Collaborative efforts around the world continue to gain strength to help communities address water pollution. This week, we highlight new efforts to address plastic pollution and research showing the impact of plastics on marine life. Here are some recent stories:
Can upcycling really help the oceans? - GreenBiz
"As recycling rates drop and ocean pollution worsens, many innovators are taking marine debris, a notoriously unrecyclable material, and turning it into useful items. They’re turning all types of marine plastic trash, from old fishing gear to bits of broken-down hard plastic called microplastic, into new products. [...] Products currently made from recycled ocean plastic include shampoo bottles, skateboards, sunglasses, athletic shoes, sportswear, doormats, jewelry and board shorts. Some companies involved in ocean plastic "upcycling" are reporting encouraging numbers in keeping marine debris out of landfills and the ocean." Read the full story at Greenbiz.com
Coalition calls for oxo-degradable plastic ban - Edie.net
"A coalition of businesses, NGOs, scientists and politicians have come together to call for a ban on oxo-degradable plastic packaging, which has been linked to microplastics pollution. [...]
Oxo-degradable plastics are produced in many countries across the world, including the UK, and is broadly used in packaging and plastic carrier bags. These materials are often touted as a solution to plastic pollution, with some claiming that it biodegrades into harmless residues.
But researchers have disputed this assertion, with a mounting body of evidence showing that oxo-degradable plastics fragment into tiny pieces, including microplastics. This poses an environmental risk, evidence suggests, particularly in the ocean. On top of this, it is believed that these plastics are not suited for effective long-term, recycling at scale or composting." Read the full story at Edie.net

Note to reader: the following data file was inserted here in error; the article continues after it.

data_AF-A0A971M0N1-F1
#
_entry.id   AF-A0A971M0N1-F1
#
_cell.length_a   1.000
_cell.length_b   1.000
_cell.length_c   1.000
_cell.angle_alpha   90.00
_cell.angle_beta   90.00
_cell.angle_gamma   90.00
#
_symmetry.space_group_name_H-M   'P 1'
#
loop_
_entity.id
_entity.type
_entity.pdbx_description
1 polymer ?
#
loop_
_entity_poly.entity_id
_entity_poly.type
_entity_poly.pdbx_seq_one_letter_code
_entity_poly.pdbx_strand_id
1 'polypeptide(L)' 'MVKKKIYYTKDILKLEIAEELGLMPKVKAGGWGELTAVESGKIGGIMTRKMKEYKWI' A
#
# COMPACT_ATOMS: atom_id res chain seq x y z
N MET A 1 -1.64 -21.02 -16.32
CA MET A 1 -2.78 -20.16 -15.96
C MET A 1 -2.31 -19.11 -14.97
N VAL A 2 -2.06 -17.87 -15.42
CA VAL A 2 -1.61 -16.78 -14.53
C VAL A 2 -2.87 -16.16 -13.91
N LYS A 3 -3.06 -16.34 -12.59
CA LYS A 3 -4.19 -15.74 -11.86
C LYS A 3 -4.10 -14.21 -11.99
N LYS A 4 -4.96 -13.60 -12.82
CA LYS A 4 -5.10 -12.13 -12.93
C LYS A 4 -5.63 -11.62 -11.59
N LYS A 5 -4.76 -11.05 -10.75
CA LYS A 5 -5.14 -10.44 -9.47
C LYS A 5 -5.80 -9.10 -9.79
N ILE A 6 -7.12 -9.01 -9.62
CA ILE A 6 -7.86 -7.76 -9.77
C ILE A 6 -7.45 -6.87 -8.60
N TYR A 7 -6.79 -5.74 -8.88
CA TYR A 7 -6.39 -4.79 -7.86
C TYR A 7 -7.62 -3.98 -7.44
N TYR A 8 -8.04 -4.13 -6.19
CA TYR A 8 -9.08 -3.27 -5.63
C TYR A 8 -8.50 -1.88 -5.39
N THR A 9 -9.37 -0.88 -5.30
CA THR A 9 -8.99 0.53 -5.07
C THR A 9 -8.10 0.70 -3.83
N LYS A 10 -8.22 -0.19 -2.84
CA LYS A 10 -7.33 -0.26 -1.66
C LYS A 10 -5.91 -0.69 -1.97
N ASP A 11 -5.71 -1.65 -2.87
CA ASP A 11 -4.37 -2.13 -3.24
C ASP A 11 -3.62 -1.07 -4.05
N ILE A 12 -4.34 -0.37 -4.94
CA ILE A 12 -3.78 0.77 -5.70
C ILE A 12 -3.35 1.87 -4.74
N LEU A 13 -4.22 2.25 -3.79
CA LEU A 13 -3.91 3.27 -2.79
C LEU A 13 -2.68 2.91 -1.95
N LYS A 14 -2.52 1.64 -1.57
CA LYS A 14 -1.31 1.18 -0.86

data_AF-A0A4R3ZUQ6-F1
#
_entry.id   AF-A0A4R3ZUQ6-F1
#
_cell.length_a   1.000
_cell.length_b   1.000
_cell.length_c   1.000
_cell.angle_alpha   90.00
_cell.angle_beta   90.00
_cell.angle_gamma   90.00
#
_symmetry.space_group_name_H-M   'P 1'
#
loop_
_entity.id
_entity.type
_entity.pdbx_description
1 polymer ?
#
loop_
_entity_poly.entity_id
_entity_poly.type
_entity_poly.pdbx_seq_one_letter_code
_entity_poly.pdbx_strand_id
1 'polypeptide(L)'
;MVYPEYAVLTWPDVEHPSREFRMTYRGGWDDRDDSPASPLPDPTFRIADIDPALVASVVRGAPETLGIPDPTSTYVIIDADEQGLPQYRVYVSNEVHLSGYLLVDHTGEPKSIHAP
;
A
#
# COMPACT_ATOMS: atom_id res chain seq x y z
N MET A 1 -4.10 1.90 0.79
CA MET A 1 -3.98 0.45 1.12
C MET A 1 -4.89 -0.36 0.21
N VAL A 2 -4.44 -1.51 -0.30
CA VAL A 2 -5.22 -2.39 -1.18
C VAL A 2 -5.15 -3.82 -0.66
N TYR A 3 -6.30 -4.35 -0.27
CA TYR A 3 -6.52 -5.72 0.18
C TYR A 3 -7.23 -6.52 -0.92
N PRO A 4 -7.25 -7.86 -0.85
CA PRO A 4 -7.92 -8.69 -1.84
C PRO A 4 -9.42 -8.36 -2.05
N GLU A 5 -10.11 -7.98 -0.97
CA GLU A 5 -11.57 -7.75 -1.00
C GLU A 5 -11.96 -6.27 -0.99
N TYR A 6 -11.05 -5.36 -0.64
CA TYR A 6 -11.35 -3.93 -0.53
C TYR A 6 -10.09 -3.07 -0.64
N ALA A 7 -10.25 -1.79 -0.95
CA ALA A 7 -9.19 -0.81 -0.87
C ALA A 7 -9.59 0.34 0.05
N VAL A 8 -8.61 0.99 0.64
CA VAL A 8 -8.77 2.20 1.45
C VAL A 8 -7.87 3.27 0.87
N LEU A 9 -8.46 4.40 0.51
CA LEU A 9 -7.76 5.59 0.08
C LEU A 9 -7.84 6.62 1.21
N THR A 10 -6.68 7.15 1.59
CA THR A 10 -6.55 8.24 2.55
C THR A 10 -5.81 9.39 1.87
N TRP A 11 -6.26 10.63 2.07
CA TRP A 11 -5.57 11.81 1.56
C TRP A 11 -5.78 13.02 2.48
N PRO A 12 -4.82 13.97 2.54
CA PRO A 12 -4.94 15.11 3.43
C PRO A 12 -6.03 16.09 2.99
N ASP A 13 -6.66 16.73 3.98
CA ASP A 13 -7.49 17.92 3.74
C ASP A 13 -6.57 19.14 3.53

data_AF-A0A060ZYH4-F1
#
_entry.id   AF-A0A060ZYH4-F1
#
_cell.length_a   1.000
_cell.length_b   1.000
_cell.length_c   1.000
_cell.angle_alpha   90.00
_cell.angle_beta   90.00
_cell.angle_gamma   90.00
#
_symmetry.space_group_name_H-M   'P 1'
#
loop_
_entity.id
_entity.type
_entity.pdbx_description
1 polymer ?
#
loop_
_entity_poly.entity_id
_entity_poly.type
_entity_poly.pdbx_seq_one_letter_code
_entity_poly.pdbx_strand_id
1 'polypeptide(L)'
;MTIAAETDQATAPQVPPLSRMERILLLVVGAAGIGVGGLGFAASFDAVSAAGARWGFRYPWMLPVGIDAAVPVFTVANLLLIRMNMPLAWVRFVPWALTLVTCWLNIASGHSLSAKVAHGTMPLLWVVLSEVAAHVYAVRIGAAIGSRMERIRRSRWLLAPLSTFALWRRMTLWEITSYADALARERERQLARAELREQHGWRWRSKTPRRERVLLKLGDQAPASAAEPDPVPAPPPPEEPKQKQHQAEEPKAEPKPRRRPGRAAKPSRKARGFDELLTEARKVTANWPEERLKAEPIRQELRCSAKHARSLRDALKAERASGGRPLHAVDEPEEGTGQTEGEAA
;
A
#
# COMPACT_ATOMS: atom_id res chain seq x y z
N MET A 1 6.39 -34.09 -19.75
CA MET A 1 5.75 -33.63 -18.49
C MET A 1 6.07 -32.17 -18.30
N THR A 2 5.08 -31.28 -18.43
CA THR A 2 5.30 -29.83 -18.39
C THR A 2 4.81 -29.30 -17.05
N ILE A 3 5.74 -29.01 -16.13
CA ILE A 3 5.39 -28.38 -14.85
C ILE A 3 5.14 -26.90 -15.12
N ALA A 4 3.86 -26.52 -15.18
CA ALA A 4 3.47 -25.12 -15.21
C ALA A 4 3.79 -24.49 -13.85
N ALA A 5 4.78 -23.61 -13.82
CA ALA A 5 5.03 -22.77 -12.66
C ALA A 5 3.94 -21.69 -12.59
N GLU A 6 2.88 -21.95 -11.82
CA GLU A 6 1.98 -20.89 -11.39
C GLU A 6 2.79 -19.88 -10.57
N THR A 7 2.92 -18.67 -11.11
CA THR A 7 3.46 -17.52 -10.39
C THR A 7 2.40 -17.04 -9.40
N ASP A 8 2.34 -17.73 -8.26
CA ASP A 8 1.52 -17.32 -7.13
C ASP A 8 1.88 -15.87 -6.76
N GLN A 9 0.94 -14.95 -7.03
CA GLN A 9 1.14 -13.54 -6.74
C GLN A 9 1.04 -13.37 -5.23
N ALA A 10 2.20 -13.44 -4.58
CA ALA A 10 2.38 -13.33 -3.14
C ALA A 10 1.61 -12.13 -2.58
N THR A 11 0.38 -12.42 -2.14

Harbour cleanup efforts pay off - The Chronicle Journal
"Thunder Bay’s long polluted harbour may not be so polluted any longer, according to the agency overseeing efforts to clean it up.
The Thunder Bay Remedial Action Plan (RAP) said Thursday that plankton levels have improved to the point where that particular problem should be removed from a list of specific concerns about the harbour’s water.
Plankton are microscopic organisms in the water column that fish feed on, and healthy levels generally indicate the water is in good shape.
If the harbour’s plankton is deemed to be no longer “impaired” and removed as an issue by Canadian and U.S. authorities, it could help efforts to have the city’s harbour to become de-listed as one of the Great Lakes areas of concern." Read the full story at The Chronicle Journal
Thousands of Dead Sea Turtles — SOS - Huffington Post
"Sea turtles have swum the seas for a couple hundred million years. Today all seven species are in dire shape, especially in Australia and El Salvador.
There are four man-made culprits that are quickly driving these glorious masterpieces – the last vestige of the dinosaurs – off the planet: Fisheries, petroleum-based plastics, the climate crisis, and persistent organic pollutants.
Fisheries are annihilating everything in the seas. Thirteen million miles of longlines, or enough line to encircle the equator 522 times, with almost 2 billion legal and illegal hooks. In 2000 alone, according to Duke University workers, longlines murdered 200,000 loggerheads and 50,000 leatherback turtles." Read the full story at The Huffington Post
Coral thinks plastic is delicious - Treehugger.com
"For years, scientists thought that marine animals eat plastic by accident. There is so much of it in the water and it's hard to differentiate it from real food, so it ends up getting eaten. But now research is showing that marine animals actually like the taste of plastic, adding a worrisome element to the pollution problem.
Some research has been done on fish, but now a recent study out of Duke University and published in the Marine Pollution Bulletin looks at coral's surprising preference for raw plastic. Scientists fed plastic micro-fragments and sand to coral polyps in a laboratory. They did this by dropping the piece near the coral and watching its reaction." Read the full story at Treehugger.com
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